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[IP] Fwd: JDRF Research E-Newsletter #26



In a message dated 11/22/2002 12:25:58 PM Pacific Standard Time,
email @ redacted writes:


> JDRF was recently notified of an error in the transmition of Research
> E-Newsletter #26.  Please accept our apologies.
>
> JDRF RESEARCH E-NEWSLETTER #26
> October 4, 2002
>
> The Juvenile Diabetes Research Foundationbs Research E-Newsletter provides
> all those interested with the latest information about research on type 1
> diabetes and its complications.  Please forward this report to others who
> may be interested.  To add your name to the distribution list, send an
> e-mail to email @ redacted <mailto:email @ redacted> with bSubscribe to Research
> E-Newsletterb in the subject line and your full name and postal address in
> the message portion of the e-mail.  If you do not wish to receive future
> mailings of this newsletter, please send an e-mail to email @ redacted <
> mailto:email @ redacted> with bUnsubscribe to Research E-Newsletterb in the
> subject line.
>
> IN THIS ISSUE:
>
> 1. Nighttime Blood Pressure Gives Clue to Kidney Risk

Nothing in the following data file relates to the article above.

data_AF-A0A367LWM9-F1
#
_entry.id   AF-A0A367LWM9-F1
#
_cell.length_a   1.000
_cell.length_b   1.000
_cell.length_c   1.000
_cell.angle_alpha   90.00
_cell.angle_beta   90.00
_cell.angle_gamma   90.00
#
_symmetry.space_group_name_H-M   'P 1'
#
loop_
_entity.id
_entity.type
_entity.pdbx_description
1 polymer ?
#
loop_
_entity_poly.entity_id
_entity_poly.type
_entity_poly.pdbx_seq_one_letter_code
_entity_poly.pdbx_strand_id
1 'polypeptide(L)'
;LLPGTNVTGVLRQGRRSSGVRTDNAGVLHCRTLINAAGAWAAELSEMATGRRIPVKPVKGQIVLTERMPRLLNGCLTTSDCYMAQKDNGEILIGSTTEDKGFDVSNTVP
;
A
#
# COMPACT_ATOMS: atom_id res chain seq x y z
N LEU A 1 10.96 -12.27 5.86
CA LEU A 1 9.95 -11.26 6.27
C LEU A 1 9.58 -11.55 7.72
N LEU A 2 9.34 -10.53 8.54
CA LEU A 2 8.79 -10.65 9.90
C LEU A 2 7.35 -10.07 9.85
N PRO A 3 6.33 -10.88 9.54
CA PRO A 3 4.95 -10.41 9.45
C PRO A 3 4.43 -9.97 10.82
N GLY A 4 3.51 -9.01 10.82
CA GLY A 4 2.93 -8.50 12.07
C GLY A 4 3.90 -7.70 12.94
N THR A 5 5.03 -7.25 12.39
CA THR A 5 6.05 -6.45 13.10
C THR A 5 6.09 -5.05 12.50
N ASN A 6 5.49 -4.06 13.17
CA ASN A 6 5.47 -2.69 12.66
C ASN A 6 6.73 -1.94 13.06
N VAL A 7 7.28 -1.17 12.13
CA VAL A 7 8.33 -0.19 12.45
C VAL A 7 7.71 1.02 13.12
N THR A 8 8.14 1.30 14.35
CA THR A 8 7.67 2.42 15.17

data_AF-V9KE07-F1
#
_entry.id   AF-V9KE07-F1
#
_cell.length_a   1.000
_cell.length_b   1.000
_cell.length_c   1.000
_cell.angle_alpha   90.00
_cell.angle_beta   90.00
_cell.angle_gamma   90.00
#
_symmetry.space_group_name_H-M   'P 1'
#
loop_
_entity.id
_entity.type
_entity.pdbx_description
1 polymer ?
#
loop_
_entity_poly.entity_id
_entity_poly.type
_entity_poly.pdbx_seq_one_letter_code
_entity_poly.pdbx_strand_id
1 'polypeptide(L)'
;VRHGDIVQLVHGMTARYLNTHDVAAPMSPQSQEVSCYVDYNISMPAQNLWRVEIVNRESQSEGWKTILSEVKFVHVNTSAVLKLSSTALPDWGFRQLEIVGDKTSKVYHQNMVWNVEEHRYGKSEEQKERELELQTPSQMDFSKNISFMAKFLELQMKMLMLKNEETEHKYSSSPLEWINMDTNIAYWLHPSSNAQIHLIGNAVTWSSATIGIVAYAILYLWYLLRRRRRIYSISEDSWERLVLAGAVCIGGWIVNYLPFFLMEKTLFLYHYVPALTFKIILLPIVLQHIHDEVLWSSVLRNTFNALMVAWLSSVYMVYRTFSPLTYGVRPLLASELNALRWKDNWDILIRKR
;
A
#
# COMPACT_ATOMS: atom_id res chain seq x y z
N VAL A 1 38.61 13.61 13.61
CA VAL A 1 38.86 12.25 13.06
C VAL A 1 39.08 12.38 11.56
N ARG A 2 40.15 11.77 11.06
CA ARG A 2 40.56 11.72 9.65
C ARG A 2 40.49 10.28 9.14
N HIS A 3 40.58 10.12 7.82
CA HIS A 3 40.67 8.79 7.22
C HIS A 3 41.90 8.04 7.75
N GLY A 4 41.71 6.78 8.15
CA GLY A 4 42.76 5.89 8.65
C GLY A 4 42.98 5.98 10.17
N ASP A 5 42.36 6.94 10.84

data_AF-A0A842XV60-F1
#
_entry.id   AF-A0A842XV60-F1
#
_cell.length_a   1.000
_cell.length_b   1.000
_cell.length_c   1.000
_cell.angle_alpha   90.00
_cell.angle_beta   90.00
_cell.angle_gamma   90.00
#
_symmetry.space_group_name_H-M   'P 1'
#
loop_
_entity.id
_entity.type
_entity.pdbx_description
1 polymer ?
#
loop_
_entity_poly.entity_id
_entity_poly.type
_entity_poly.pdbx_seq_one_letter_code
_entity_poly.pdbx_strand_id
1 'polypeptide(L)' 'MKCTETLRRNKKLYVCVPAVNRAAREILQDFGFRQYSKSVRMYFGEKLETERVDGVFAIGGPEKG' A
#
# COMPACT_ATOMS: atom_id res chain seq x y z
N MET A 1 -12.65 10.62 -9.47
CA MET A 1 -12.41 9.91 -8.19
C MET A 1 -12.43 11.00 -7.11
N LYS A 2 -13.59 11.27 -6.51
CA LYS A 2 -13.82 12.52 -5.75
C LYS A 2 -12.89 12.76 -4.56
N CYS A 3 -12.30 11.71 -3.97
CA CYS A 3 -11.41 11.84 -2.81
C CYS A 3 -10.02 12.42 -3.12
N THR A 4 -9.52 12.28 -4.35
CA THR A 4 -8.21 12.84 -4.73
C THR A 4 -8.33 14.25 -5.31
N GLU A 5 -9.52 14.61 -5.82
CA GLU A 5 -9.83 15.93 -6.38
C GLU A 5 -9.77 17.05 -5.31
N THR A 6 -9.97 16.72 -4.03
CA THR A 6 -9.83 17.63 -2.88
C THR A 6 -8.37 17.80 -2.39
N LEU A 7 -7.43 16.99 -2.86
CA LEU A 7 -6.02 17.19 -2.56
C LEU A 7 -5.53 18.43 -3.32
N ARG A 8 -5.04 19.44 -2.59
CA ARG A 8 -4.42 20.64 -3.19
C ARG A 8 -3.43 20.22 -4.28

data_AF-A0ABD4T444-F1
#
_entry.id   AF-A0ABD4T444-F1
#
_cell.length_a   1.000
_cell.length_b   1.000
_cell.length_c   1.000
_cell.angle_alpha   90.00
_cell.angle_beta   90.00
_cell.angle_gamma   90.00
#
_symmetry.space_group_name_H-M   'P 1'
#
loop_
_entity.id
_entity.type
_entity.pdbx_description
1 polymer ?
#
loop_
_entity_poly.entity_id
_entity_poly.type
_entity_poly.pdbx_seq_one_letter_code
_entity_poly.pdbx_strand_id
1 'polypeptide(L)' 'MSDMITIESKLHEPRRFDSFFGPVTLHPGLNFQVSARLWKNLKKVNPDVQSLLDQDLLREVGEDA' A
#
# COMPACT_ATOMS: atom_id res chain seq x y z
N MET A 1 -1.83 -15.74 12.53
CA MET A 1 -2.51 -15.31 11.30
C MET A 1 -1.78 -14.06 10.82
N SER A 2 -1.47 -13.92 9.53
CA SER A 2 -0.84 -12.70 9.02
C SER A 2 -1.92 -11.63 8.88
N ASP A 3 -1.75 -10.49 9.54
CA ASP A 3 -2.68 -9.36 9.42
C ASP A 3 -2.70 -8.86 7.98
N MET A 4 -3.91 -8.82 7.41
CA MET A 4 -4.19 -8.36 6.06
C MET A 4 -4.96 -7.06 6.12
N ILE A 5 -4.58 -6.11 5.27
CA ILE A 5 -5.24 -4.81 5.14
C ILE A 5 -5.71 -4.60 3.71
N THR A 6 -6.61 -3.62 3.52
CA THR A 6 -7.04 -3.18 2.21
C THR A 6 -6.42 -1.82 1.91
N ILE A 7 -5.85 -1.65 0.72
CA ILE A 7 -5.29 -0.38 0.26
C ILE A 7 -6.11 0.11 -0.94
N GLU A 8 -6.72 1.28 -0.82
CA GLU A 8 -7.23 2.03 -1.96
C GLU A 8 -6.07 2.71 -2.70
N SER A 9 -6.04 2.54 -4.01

> 2. Changes In Diabetic Foot Clarified-May Allow Better Prevention
> 3. Compound Shows Potential in Preventing Retinopathy
> 4. ENDIT Prevention Trial Delivers Clear Answer
> 5. New Evidence Raises Doubt About Diabetes Hypothesis
>
> 1. Nighttime Blood Pressure Gives Clue to Kidney Risk
> Researchers have discovered an early warning sign for diabetic nephropathy
> or kidney disease, the dangerous complication of diabetes that can progress
> to kidney failure, requiring dialysis or kidney transplant for survival.
> Normally, a personbs systolic blood pressure dips slightly overnight
before
> rising again in the morning hours. However, many patients with type 1
> diabetes do not show this overnight drop. Based on a study monitoring 75
> adolescents and young adults with type 1 diabetes, scientists at the
> University of Valencia in Spain and Northwestern University report in the
> September 12 New England Journal of Medicine that the study subjects whose
> blood pressure did not dip during nighttime are more likely to develop a
> condition called microalbuminuria-accumulation of the blood protein albumin
> in the urine, which is an early indicator of nephropathy. They suggest that
> the higher level of nighttime blood pressure may play an important role in
> the development of diabetic nephropathy and may serve as the earliest
> indicator that someone with type 1 diabetes is at high risk for the
> condition. Currently, urine microalbumin tests can detect early kidney